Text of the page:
Fargo man gets 24 years plus probation in drug murder
FARGO – A Fargo man was sentenced Thursday in Cass County District Court to 24 years in prison and a year of supervised probation after pleading guilty to the drug-related murder of another man here in mid-March.
Wade Anthony Garrett, 19, was sentenced for the murder of 26-year-old Rolandas House near a Fargo supermarket on March 14.
As part of his plea deal, Garrett must testify against a Moorhead, Minn., father and his two children who are also charged in the murder.
Arlen Clapper, 46, his daughter Tamara, 22, and her brother Alexander, 19, all of Moorhead, were charged in April after Garrett told Fargo police investigators that the family planned with him to lure House to a sham drug deal and rob him in retaliation for stealing money and drugs from them.
Garrett testified at his plea hearing last month that Alexander Clapper gave him a knife before Garrett went to meet House at the fake drug deal, telling him, “Use it if you have to.”
Garrett testified that he chased House with his car, and when he got out of the car he fought with House, stabbing him at least four times, killing him.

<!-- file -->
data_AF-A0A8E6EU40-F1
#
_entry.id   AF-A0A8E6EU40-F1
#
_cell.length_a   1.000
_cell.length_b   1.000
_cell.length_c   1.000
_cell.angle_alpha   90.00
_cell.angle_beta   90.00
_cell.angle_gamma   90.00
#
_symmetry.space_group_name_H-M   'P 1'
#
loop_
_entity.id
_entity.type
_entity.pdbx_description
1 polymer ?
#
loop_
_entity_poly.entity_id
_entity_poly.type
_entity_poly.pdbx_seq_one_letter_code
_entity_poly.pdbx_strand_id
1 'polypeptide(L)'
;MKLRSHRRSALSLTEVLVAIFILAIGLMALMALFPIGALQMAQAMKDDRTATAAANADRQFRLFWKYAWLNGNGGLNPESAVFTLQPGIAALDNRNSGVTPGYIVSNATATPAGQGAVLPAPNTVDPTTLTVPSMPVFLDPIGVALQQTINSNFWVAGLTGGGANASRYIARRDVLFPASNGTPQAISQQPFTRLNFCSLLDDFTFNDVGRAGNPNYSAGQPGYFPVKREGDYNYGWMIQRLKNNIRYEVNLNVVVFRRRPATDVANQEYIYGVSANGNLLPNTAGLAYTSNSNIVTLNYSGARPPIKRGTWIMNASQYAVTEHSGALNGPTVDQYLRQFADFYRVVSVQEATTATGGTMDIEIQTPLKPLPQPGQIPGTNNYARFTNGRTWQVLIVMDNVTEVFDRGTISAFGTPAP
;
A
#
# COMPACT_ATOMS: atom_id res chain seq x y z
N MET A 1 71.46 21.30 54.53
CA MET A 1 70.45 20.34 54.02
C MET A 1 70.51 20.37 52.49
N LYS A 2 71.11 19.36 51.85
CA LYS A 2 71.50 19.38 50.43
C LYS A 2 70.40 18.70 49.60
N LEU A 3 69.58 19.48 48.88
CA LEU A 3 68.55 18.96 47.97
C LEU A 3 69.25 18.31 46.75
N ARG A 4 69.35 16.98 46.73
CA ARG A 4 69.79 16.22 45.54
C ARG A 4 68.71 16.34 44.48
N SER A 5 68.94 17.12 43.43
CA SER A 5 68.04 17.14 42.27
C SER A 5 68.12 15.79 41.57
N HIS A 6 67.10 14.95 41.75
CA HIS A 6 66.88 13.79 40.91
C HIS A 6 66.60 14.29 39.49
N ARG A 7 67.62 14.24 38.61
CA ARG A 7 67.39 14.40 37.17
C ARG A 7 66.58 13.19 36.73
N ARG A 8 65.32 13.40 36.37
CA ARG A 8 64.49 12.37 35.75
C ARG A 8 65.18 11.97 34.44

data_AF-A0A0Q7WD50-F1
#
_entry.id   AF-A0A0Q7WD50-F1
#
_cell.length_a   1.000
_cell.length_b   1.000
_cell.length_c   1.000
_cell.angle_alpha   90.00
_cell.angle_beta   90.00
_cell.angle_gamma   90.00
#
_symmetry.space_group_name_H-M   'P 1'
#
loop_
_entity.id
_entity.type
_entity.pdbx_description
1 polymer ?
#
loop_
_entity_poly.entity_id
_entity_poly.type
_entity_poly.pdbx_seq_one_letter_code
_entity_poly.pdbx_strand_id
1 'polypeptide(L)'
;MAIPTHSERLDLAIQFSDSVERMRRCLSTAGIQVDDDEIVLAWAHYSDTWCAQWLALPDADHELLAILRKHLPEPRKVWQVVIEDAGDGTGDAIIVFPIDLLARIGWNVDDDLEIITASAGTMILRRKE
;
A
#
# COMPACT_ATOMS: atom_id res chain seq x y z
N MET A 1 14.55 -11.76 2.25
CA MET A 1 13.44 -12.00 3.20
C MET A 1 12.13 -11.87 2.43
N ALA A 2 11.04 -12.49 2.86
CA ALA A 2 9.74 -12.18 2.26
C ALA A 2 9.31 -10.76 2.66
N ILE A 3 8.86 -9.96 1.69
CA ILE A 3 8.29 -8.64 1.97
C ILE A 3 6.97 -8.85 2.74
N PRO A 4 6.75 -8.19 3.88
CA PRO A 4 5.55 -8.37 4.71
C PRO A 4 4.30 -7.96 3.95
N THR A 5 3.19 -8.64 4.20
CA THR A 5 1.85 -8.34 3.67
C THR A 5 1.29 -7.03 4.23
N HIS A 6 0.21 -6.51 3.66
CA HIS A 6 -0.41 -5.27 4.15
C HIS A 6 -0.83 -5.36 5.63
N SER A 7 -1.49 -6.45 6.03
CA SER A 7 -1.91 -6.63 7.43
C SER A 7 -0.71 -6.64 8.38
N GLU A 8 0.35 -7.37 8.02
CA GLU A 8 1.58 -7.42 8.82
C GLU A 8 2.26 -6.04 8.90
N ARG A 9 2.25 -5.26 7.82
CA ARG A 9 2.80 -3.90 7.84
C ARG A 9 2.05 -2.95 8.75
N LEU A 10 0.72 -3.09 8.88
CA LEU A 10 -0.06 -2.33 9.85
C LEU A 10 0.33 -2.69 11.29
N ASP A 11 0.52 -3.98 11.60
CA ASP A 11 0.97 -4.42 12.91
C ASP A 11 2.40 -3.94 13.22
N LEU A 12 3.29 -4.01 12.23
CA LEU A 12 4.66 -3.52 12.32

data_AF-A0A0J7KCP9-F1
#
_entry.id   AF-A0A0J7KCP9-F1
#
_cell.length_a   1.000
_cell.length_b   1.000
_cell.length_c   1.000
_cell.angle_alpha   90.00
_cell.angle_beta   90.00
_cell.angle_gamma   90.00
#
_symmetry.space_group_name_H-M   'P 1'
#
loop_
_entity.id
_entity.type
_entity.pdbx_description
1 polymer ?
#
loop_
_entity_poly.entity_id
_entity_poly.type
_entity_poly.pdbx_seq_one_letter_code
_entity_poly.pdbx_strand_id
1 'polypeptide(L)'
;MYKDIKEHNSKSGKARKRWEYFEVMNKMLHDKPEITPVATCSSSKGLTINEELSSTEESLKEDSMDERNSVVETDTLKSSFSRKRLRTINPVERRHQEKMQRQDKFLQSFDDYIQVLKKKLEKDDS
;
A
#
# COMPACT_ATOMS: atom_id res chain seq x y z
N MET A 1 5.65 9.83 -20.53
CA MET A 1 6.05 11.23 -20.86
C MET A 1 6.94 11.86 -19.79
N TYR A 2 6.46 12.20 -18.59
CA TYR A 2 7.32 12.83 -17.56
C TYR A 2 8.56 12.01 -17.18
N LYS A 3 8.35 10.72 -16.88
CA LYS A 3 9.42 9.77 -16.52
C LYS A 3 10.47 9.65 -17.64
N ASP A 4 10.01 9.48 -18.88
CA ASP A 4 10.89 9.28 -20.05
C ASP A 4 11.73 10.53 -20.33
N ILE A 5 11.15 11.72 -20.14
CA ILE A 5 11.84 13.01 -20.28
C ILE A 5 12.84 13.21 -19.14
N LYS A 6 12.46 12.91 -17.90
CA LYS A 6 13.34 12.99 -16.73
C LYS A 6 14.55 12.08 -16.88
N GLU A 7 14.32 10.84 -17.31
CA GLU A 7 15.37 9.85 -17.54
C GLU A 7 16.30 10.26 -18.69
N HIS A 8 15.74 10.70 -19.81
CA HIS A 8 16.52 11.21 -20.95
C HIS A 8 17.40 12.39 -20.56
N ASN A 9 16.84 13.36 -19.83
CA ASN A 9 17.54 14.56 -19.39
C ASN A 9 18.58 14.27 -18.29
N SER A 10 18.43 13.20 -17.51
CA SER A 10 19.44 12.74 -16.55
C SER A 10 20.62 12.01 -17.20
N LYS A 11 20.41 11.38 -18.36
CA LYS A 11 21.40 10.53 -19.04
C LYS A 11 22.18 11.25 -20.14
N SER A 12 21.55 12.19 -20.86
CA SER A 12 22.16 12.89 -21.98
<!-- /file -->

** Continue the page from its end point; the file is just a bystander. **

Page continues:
At Thursday’s sentencing hearing, Garrett confirmed that he would continue to tell his story at future court proceedings against the Clappers.
His family members said after court that they were proud of him for accepting responsibility in House’s death.
His grandfather, Wylie Garrett, said Wade Garrett was a basically good kid who got caught up with the drug trade.
He hoped his grandson would be able to turn his life around once his prison sentence was completed.
Prosecutor Tristan Van de Streek said Garrett’s case was unusual in the speed with which it was resolved.
“It’s very uncommon in a murder case for someone to plead guilty this early,” he said. “It was well-investigated.”
Van de Streek could not comment on whether he expected the three remaining defendants to resolve their cases as speedily, saying only that prosecutors are confident in their cases against the Clappers.
“This is just a tragic set of circumstances,” Steve Mottinger, Wade Garrett’s attorney, said in court. “One thing piled on top of another that ended in a very bad result.”